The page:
Portuguese Orphanage Creates Safe Refuge for Troubled Youth

Missionaries' dream to provide care for abandoned children comes true

Why would Portuguese judges send problem children to live in the Dawn Refuge -- an orphanage run by Campus Crusade for Christ? Simply put, they know that the Dawn Refuge helps children from abusive or neglected backgrounds begin a new life. And they do it in a highly professional way.

The Refuge began as an impossible dream. Eduardo and Isabel Souto, then with Athletes in Action Spain, wanted to some day work with disadvantaged children. So did Ruben and Loida Rivera and Ruth Rapaz, university students involved with Agape, Campus Crusade for Christ in Europe, in Sevilla.

Ruben came from a troubled home-his mother died when he was 14, and his father had problems with alcohol-and he wanted to help others coming from similar backgrounds.

One night the small band drew a picture on a blackboard of what their dream center would look like, and named it "Refugio de la Alba (Dawn Refuge)"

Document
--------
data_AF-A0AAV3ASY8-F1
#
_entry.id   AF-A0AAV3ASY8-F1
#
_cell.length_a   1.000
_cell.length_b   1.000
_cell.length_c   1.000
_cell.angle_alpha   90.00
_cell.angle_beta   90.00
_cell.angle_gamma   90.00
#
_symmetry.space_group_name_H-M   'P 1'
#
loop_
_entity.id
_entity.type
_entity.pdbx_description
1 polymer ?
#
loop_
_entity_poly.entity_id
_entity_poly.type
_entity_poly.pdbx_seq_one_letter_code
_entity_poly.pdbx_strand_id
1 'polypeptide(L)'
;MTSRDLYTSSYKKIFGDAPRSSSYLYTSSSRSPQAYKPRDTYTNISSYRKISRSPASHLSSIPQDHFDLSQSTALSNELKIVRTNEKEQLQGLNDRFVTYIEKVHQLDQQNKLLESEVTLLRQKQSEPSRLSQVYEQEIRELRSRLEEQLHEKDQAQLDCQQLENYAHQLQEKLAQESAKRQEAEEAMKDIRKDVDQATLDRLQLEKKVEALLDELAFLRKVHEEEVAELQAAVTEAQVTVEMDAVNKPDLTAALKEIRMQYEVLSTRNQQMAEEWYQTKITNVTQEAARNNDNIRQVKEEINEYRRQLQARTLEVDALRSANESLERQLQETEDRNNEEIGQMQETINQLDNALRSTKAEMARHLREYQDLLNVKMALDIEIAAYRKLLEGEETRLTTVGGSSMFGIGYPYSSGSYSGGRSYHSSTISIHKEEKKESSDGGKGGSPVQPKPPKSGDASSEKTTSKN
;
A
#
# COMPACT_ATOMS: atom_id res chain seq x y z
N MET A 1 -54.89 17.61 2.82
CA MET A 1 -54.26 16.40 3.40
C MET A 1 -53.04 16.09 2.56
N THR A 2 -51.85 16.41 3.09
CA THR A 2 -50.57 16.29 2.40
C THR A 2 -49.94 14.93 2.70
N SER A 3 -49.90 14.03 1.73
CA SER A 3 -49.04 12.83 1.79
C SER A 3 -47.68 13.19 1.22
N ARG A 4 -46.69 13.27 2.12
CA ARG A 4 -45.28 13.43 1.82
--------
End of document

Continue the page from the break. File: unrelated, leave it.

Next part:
Four months later Javier Garcia, director of Agape Spain, asked if they would be interested in taking over a farm in Portugal owned by Agape Portugal. When Ruben and Eduardo visited, it looked exactly like the dream they had drawn on the blackboard. Perched on a bluff overlooking the Douro River, it consisted of acres of vineyards and fields with buildings well suited to be dormitories.

Within 6 months Eduardo (known as Eddie) and Isabel had moved to Portugal, where they began the paperwork necessary to operate the Refuge. As the others graduated, most with degrees in social work, they joined Agape and moved to Portugal.

Currently 12 children live in the Refuge, and they have space for 20. About 150 families give on a monthly basis to pay their living expenses.

"We want to be a bridge through which God can meet the physical, emotional and social needs of children in need," says Ruben. "And we want to help them have a relationship with God."

Staff members at the Refuge are committed to these children until they turn 18, and even through the university, should they want to go. They want to help the children succeed in life, and to know God.

"People ask us why are you giving your lives to come to a foreign country for these kids?" says Ruben. "We say because of love. They ask where does this love come from? And we've explained the gospel to many. I'm proud to be a part of Agape."